Author: Tibisay Sankatsing Nava – Leiden University, Netherlands
Arlene Alvarez – Museo Arqueológico Regional Altos de Chavón
Corinne Hofman – Leiden University
NEXUS1492 (Leiden University) is co-creating a collaborative exhibition on indigenous heritage in the Caribbean. The pan-Caribbean exhibition Caribbean Ties, which fosters partnerships, bridges research and collections and is driven by people in the region, is one of the major public endeavors of the ERC-Synergy NEXUS1492 project and more than 10 regional partners in the Caribbean and in Europe.
The exhibition and accompanying public engagement programme is titled “Caribbean Ties: A shared Amerindian past, a common present and an inclusive future”, and emphasizes continuity and change across the Caribbean and uses indigenous heritage to help build an inclusive Caribbean society. This project will launch in at least 10 sites across the Caribbean simultaneously: each partner is participating in the co-development of a common story that will be presented in each location. At the same time, partners co-create a locally relevant component with their local target audience.
NEXUS 1492 is an ERC Synergy research project that contributes to rewriting Caribbean pre-colonial history from the perspective of the Amerindian. Through archaeology, archaeometry, geochemistry, heritage and network science research, NEXUS 1492 explores how the indigenous past can be positively incorporated in cultural heritage across the diverse region of the Caribbean.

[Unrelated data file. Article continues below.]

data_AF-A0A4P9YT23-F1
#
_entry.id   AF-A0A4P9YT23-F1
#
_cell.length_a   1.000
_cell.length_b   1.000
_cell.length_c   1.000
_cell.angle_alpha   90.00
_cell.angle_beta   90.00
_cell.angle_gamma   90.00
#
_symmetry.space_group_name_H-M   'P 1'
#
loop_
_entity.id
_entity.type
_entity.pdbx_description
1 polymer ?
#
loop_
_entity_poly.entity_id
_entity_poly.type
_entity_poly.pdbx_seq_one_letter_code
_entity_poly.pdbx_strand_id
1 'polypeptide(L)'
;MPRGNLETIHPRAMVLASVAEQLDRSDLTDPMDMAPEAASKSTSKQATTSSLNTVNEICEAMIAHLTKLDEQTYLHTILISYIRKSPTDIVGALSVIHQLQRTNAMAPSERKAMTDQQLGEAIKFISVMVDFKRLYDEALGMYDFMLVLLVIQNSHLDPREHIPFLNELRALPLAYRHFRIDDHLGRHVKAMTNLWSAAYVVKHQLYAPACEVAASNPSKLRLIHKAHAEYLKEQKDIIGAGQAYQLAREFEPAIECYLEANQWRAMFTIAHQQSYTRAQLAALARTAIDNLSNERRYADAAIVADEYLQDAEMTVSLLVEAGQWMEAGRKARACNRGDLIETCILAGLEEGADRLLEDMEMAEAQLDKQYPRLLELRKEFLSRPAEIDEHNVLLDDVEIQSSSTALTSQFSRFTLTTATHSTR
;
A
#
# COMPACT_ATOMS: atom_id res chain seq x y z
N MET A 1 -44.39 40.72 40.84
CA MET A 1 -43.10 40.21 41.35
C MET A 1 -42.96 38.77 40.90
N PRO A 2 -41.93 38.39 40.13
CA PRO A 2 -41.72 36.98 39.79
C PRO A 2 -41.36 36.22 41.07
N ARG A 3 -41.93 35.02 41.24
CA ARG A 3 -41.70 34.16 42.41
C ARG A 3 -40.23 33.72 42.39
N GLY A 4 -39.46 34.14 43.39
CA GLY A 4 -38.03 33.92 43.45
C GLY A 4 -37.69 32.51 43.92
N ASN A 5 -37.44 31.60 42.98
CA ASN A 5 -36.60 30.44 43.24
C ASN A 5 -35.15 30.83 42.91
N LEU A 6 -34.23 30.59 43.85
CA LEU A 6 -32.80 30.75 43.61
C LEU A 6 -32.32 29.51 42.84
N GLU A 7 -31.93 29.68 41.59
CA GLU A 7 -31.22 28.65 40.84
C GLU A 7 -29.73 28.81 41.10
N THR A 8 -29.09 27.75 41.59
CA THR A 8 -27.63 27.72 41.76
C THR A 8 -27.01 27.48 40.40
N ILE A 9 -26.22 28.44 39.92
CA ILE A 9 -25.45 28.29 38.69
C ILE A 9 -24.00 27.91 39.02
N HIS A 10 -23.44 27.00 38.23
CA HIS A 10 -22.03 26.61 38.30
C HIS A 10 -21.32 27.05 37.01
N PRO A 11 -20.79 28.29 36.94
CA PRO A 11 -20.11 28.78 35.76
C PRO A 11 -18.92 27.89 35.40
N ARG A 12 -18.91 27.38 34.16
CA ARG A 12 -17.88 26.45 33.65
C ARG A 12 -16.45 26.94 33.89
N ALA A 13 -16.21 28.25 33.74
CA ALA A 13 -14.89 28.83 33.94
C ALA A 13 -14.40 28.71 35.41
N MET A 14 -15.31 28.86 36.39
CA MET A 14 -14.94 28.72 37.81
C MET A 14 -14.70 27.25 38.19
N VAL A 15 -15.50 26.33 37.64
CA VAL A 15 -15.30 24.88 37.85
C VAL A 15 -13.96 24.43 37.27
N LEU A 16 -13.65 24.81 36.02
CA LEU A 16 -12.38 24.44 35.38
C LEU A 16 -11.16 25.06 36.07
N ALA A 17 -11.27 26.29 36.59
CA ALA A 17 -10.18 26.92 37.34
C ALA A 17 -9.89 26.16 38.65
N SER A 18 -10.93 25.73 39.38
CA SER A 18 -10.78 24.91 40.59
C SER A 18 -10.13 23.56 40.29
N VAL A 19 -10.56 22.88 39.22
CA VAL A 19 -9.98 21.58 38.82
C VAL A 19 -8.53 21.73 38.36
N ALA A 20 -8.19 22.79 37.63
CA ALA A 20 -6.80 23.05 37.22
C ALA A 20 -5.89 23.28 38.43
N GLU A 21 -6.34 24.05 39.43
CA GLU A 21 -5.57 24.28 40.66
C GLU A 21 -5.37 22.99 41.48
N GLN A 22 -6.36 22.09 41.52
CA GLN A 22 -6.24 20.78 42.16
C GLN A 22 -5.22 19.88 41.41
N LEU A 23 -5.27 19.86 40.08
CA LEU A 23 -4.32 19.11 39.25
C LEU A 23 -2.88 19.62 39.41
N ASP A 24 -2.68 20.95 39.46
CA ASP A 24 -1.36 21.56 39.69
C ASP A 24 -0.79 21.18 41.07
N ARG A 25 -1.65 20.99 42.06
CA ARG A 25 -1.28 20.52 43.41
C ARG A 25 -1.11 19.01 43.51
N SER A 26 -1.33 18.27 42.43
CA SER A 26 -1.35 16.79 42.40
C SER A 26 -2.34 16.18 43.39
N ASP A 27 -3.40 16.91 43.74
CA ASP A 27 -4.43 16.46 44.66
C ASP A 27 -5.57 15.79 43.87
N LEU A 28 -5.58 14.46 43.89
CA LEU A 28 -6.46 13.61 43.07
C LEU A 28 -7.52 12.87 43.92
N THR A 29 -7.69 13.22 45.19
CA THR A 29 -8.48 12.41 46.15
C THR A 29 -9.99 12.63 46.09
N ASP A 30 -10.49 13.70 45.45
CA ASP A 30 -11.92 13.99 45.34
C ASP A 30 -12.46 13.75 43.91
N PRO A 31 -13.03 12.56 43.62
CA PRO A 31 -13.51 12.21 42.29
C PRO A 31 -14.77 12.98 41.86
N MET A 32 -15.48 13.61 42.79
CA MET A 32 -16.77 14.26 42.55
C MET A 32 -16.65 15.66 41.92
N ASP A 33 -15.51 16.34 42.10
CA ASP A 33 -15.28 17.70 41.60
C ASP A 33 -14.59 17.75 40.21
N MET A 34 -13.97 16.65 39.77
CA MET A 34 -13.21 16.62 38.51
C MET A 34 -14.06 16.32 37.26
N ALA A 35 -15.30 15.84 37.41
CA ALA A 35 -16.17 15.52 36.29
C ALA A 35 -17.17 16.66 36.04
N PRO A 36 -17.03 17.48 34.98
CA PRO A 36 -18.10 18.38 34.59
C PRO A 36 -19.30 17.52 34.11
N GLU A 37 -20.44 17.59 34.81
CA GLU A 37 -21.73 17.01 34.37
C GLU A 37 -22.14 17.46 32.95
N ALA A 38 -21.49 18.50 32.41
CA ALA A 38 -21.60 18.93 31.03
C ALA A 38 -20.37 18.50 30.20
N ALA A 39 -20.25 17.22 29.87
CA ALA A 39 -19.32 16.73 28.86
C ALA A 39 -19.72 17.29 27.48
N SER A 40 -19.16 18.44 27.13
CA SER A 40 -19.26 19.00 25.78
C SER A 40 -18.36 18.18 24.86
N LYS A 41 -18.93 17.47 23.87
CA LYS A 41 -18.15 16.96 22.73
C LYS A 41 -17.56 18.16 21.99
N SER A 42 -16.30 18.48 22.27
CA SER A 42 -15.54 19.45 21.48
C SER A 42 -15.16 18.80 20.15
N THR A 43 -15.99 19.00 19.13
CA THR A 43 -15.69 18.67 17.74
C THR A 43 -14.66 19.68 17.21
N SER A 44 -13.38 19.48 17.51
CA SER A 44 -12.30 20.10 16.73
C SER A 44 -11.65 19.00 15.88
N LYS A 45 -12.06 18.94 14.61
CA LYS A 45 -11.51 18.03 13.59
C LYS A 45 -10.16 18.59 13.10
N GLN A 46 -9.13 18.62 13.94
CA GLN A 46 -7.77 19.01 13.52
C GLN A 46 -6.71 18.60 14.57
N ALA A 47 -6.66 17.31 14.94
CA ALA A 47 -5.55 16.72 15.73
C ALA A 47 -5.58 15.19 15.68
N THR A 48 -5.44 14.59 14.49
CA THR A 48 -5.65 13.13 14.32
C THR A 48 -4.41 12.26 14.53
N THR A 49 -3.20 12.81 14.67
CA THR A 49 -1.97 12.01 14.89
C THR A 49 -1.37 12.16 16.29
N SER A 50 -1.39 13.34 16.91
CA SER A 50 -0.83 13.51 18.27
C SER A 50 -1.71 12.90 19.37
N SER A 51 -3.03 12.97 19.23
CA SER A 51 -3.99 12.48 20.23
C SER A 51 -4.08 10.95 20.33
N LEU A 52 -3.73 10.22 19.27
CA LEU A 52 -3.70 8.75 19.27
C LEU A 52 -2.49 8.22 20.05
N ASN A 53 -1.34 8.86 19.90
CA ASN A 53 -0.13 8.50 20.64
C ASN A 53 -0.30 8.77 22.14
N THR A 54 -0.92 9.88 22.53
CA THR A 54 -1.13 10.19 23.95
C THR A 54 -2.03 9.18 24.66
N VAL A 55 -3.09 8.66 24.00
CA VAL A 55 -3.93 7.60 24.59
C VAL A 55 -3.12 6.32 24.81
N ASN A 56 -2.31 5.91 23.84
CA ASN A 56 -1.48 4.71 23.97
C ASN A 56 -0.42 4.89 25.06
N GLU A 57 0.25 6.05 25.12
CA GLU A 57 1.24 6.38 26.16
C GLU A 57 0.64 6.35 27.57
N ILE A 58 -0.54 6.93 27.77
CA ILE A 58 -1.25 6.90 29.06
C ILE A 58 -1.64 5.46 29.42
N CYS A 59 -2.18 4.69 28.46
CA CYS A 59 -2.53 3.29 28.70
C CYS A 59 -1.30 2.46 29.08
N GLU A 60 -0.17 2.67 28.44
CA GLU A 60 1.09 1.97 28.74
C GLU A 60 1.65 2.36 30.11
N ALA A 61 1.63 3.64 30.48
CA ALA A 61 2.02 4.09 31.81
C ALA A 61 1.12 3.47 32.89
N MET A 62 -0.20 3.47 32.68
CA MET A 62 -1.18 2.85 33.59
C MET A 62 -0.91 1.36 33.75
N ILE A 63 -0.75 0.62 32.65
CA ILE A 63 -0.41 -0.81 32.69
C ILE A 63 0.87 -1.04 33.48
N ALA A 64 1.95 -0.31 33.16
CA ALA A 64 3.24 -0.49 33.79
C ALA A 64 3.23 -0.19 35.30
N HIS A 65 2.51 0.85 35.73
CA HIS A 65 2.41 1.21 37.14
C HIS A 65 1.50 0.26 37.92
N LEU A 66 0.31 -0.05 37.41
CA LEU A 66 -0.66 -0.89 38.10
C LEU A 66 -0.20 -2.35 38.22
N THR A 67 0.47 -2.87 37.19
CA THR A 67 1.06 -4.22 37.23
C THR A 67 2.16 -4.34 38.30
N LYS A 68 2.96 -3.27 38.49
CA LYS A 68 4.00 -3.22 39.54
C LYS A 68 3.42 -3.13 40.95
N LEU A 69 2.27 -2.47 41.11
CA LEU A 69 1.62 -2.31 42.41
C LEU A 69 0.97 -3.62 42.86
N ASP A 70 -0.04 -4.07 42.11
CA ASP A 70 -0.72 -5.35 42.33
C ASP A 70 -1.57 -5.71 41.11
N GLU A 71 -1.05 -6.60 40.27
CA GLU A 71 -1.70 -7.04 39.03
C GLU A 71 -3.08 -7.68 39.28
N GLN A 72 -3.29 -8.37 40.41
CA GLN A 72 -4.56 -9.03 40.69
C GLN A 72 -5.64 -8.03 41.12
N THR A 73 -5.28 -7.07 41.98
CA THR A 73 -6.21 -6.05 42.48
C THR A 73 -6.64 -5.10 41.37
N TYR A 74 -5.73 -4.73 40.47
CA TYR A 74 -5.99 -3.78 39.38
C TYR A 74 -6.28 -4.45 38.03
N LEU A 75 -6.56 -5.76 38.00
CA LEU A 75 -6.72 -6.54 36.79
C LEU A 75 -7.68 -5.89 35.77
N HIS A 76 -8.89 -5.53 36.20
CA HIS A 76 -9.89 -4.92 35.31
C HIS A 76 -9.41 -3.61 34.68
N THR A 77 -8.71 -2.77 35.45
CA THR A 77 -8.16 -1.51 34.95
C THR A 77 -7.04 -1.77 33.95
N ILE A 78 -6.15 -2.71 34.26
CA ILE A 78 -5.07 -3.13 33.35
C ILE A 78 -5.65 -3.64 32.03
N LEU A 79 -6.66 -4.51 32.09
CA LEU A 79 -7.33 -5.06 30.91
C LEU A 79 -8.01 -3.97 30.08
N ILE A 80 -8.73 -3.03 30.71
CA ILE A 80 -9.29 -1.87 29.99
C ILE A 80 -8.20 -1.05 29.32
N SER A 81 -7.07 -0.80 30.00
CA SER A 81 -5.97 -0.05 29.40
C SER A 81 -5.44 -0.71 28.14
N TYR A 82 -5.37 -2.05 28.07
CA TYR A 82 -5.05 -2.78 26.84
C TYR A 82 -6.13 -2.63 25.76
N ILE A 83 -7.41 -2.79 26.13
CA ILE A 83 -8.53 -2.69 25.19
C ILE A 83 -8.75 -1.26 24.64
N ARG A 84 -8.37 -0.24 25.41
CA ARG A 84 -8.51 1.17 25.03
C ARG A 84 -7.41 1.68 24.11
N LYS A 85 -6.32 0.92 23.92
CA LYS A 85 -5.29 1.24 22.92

In this talk we explore the development of this public engagement with science project from two key perspectives: lessons learned in co-creating research-based exhibitions with diverse partners, comparing best practices in public engagement across the Caribbean and the co-development of a relevant and sustainable international public engagement programme in a diverse landscape of islands, cultures and languages.
The author has not yet submitted a copy of the full paper.
Presentation type: Individual paper
Area of interest: Comparing science communication across cultures